Ahmet Davutoglu said Turkey wants to live “in peace,” and has no interest in seeing Greece “languish.” Turkey and Greece have been long-time foes but the two countries have sought to build bridges over the past few years.

Davutoglu said Turkey would take steps to convene a high-level economic cooperation meeting between the two countries as soon as a new Turkish government is formed following what are expected to be drawn-out coalition talks.

An opposition legislator even suggested that Turkey help out with Greece’s debt payment due to the IMF.

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2.40 p.m.

German Chancellor Angela Merkel has made clear she isn’t aware of any breakthrough in talks with Greece over a bailout deal before tonight’s deadline.

Asked whether there’s still a chance of a deal before the European part of Greece’s bailout comes to an end, Merkel said in Berlin that Greece’s bailout program expires at midnight and she knew of “no solid indications to the contrary.”

Still, Merkel said that doesn’t mean there can’t be talks.

“The door is open for talks — that is all I can say at this hour,” she said.

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2.31 p.m.

The European Commission has indicated that an assessment of Greece’s overall debt situation and its financing needs could be part of a last-minute bailout deal.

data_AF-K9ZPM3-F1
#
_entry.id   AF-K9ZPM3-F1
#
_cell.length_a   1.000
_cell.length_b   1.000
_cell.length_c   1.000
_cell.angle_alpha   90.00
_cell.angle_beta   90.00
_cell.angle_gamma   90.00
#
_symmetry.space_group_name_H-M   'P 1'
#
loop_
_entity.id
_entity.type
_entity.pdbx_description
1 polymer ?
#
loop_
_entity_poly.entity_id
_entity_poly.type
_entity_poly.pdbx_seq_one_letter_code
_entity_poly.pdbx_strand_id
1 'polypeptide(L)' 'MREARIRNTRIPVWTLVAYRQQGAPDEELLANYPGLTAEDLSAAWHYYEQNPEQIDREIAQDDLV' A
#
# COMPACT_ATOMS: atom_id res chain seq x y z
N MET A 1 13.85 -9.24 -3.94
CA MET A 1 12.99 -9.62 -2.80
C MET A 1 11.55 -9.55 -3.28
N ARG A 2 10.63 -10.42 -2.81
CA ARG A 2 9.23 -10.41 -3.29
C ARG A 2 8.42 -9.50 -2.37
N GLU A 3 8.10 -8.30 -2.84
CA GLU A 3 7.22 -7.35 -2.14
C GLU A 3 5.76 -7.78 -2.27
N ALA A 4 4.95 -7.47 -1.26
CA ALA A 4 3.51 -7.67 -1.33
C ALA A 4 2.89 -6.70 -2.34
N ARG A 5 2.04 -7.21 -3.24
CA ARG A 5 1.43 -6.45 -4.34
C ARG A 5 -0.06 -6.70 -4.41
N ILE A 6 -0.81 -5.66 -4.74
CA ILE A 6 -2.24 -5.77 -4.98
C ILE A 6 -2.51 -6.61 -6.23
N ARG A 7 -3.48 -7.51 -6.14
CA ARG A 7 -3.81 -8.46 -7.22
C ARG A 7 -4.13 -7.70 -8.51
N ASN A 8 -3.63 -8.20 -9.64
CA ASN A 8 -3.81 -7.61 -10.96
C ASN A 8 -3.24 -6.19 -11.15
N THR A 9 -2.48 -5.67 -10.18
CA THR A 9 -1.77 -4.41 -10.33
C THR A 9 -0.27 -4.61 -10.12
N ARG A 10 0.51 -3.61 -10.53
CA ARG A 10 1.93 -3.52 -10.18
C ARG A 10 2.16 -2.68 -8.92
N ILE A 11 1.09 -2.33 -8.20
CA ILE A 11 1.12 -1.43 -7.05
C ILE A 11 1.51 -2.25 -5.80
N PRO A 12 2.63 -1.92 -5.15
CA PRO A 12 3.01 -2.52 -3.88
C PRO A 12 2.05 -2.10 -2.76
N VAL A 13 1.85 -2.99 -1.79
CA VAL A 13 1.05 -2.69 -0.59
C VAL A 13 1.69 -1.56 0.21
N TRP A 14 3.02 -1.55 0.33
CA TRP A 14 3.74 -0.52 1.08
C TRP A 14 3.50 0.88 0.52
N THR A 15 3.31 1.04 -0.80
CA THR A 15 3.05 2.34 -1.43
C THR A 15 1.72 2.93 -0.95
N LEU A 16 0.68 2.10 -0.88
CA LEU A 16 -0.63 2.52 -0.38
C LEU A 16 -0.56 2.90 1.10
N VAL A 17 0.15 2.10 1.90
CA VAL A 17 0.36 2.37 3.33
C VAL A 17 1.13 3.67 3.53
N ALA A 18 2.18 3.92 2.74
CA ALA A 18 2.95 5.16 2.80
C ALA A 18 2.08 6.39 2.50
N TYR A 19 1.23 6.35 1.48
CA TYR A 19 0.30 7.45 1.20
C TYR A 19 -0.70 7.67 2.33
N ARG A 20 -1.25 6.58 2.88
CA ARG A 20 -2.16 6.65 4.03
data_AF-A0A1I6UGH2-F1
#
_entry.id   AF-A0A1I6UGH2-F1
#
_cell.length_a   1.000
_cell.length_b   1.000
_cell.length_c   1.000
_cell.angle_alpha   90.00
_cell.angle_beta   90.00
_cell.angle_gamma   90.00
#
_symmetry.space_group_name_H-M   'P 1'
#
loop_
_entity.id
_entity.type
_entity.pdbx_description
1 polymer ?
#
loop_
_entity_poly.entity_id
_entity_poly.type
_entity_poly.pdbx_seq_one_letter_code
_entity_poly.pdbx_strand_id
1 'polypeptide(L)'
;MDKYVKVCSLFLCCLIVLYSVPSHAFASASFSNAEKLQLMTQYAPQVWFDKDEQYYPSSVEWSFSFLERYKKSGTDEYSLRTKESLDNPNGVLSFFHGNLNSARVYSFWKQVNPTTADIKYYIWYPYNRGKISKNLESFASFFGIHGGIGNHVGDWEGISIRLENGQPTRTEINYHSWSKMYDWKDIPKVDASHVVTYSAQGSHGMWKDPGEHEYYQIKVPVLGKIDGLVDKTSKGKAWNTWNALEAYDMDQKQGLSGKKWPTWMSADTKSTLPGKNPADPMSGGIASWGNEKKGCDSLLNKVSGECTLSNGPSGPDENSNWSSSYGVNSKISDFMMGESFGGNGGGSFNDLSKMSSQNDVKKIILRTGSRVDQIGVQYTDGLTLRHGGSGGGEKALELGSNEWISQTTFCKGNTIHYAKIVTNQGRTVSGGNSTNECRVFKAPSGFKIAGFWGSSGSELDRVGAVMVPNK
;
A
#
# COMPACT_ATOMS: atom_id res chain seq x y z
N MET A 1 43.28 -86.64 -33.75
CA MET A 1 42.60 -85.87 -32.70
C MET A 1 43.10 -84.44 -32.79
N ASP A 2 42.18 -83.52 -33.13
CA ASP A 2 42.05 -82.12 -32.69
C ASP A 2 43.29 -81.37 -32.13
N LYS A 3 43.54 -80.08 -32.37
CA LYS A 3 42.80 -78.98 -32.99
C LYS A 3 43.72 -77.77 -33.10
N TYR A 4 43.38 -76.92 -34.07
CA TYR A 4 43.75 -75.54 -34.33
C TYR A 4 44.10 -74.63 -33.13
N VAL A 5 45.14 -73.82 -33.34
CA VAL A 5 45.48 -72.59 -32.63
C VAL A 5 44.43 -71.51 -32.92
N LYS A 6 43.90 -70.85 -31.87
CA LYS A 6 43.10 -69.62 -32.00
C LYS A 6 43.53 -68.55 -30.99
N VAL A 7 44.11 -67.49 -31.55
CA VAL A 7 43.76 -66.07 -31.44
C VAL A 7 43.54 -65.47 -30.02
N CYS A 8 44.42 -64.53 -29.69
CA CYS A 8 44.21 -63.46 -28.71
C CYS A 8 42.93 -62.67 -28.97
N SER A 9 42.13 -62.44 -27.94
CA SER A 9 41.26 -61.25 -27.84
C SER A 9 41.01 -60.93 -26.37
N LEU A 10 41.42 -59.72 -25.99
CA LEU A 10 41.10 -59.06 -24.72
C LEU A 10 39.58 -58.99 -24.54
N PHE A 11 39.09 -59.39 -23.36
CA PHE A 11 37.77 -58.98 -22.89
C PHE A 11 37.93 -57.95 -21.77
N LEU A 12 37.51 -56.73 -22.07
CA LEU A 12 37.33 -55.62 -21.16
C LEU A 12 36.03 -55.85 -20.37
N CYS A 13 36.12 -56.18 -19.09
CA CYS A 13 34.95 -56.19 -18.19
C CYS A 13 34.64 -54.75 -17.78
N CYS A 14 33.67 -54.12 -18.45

Late Monday, Commission President Jean-Claude Juncker made a last-ditch effort to help Greece get a bailout deal, provided Greek Prime Minister Alexis Tsipras campaigns for staying in the euro.

Beyond accepting proposals made by international creditors last weekend, Commission spokesman Margaritis Schinas said there would be unspecified discussions on Athens’s massive debt load, which stood at 317 billion euros ($355 billion) at the end of 2014, or 177 percent of the country’s annual GDP.

Juncker had expected an answer on that before midnight Monday, but round noon Tuesday, he was still waiting.

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2.10 p.m.

Greek Finance Minister Yanis Varoufakis confirmed that the country will not make its payment due later to the International Monetary Fund.

When asked outside the Finance Ministry about whether Greece will pay the 1.6 billion euros due to the IMF, Varoufakis said “no.”

His comment came amid speculation that Greek Prime Minister Alexis Tsipras is trying to craft some sort of last-minute deal with creditors before the payment is due and before the European part of Greece’s bailout comes to an end.

A Greek official said Tsipras has spoken with European Commission President Jean-Claude Juncker, European Central Bank chief Mario Draghi and European Parliament president Martin Schulz.

The official did not reveal what was discussed.

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1.23 p.m.